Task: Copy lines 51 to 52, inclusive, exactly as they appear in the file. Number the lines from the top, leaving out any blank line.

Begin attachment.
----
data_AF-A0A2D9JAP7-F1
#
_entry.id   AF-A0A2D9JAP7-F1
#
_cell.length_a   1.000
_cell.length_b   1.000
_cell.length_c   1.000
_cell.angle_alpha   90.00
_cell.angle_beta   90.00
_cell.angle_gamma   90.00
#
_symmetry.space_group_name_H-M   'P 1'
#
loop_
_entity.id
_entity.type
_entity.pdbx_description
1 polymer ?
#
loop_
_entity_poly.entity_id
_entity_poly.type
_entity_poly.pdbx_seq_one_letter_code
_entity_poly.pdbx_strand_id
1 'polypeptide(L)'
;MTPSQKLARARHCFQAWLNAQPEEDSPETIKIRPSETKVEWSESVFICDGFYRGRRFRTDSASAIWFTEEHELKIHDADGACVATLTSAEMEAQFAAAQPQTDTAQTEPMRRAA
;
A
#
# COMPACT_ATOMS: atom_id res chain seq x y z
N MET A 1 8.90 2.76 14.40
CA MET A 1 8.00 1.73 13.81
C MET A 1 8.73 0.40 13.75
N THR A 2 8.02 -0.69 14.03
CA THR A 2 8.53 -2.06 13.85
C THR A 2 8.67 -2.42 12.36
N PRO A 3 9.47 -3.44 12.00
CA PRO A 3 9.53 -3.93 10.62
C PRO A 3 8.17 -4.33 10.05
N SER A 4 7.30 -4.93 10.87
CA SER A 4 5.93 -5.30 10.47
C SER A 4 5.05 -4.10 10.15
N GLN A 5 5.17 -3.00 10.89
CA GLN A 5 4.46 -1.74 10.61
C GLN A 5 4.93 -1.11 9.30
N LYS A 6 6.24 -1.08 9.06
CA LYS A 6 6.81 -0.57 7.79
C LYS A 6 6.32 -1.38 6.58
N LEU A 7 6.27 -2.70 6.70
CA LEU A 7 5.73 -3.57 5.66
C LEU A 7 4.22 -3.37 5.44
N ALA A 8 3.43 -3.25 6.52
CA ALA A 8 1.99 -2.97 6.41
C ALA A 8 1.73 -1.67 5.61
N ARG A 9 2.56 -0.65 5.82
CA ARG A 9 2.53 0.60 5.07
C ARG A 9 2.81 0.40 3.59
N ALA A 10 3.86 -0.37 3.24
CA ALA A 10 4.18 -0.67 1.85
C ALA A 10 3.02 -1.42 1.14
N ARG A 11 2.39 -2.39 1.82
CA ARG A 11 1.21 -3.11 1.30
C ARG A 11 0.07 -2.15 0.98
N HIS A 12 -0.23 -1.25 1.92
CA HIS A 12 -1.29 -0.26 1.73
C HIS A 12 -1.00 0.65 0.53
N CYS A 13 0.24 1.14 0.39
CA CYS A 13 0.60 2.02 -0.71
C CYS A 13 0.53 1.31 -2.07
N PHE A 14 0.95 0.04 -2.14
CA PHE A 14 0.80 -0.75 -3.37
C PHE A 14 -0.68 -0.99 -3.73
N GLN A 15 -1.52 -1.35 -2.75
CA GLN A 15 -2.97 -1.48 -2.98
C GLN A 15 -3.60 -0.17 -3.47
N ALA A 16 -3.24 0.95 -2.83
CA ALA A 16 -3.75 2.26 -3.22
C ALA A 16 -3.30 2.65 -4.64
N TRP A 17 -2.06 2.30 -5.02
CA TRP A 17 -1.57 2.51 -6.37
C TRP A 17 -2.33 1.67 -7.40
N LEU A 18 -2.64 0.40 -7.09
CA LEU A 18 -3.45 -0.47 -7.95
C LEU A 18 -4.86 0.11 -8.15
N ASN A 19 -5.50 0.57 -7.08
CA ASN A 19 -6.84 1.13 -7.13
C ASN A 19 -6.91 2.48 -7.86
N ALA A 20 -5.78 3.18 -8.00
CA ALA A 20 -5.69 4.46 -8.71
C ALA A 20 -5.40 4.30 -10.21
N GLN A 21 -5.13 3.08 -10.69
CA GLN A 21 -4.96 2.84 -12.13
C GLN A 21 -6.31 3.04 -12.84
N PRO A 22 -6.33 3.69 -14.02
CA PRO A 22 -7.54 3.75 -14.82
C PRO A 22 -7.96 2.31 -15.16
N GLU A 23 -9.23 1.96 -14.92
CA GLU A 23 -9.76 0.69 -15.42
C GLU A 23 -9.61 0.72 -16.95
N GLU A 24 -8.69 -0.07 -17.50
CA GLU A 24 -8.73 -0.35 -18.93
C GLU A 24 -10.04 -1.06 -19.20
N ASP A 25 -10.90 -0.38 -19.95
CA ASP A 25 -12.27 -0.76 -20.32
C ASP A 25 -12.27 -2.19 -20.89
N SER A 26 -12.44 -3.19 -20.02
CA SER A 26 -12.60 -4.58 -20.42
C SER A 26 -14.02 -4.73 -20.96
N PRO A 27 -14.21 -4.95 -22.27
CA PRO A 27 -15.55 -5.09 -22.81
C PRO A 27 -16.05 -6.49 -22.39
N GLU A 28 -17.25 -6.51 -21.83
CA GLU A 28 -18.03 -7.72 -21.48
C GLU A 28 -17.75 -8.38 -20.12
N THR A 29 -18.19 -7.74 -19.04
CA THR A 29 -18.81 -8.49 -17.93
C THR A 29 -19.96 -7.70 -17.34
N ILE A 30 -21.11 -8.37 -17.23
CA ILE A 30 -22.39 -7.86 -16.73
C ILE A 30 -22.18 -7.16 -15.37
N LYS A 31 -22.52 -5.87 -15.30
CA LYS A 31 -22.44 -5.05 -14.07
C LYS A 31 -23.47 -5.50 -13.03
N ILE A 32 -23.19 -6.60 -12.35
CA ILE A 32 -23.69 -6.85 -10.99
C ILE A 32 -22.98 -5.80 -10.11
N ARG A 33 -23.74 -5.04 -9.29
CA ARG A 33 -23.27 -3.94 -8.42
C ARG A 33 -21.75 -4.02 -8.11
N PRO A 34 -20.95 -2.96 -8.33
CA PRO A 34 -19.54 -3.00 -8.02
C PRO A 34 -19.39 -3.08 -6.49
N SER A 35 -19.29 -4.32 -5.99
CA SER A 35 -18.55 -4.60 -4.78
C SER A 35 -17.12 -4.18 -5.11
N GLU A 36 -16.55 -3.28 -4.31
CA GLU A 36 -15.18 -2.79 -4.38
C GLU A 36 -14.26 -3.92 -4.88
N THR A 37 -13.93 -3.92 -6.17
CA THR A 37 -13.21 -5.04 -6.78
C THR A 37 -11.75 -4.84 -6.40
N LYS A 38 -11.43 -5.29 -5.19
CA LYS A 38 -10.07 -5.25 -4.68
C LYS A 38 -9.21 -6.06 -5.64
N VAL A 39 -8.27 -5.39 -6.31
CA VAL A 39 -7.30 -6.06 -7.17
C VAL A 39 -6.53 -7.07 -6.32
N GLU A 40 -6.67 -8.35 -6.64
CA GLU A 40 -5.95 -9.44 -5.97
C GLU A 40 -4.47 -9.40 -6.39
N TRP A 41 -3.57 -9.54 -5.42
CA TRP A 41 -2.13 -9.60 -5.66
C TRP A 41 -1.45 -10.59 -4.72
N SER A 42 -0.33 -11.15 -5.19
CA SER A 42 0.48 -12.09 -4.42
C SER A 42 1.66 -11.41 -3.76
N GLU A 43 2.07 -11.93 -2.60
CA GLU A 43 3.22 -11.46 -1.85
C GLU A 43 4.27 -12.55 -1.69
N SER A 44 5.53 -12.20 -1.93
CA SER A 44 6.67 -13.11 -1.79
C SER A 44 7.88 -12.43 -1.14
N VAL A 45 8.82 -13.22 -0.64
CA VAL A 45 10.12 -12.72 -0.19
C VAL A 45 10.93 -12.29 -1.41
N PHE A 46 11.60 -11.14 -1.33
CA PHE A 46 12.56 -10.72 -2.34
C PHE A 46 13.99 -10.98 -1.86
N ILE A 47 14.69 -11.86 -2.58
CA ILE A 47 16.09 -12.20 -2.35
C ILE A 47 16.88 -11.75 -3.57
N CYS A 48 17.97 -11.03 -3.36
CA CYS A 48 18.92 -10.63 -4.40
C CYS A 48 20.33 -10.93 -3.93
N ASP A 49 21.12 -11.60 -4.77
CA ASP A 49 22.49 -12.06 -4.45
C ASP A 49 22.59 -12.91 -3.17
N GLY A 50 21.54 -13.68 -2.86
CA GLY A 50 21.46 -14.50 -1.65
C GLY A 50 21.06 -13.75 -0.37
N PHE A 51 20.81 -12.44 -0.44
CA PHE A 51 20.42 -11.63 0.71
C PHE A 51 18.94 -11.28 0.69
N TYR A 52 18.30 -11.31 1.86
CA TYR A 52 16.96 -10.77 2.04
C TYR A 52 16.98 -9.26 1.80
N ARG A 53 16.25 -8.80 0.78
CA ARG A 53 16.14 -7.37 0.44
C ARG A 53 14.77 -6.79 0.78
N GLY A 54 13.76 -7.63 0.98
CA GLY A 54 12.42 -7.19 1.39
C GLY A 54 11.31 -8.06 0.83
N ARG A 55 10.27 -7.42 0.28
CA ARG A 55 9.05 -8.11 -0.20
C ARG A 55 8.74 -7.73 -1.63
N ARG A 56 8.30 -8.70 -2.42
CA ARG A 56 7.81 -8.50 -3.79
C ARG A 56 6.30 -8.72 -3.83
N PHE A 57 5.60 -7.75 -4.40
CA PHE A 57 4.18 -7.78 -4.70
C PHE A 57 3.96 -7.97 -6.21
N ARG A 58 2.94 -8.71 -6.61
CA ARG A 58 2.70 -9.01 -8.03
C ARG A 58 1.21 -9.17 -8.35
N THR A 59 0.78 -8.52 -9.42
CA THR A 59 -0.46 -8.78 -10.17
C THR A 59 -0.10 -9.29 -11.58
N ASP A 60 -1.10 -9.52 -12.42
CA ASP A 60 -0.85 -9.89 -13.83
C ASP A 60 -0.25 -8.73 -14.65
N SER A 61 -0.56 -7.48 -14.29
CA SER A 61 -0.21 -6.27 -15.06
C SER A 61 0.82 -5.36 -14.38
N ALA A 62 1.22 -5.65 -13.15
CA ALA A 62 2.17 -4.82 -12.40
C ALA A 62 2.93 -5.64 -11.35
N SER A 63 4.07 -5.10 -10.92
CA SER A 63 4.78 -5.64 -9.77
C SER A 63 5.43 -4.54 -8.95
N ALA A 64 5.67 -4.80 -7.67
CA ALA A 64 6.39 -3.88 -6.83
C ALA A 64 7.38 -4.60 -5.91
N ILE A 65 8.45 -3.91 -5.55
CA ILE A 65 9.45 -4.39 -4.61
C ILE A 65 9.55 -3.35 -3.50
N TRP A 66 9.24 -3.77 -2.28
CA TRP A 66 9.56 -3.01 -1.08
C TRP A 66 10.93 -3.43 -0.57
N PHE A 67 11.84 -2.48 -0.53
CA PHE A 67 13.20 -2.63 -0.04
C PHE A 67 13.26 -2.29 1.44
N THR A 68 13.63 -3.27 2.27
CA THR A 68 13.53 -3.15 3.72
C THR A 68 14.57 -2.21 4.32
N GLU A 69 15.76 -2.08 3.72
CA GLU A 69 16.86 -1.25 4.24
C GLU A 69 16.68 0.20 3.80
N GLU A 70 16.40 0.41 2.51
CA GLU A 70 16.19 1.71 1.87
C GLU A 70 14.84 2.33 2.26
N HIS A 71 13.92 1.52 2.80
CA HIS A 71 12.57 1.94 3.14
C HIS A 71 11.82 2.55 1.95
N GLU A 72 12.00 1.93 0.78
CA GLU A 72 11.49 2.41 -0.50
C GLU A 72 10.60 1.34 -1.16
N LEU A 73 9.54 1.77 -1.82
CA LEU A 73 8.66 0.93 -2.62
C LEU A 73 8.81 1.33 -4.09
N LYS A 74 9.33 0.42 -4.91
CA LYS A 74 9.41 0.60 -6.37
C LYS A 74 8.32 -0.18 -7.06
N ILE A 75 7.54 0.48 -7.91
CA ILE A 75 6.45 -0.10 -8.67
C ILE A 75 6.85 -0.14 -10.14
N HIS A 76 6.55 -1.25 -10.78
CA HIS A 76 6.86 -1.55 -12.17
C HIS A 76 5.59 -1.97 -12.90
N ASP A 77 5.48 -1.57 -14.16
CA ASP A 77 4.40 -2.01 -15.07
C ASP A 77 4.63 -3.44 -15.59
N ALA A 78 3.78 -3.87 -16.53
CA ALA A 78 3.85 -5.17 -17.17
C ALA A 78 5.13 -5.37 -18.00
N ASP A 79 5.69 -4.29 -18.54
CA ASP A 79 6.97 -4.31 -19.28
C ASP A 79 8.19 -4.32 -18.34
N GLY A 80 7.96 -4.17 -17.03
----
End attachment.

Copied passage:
C LEU A 7 4.22 -3.37 5.44
N ALA A 8 3.43 -3.25 6.52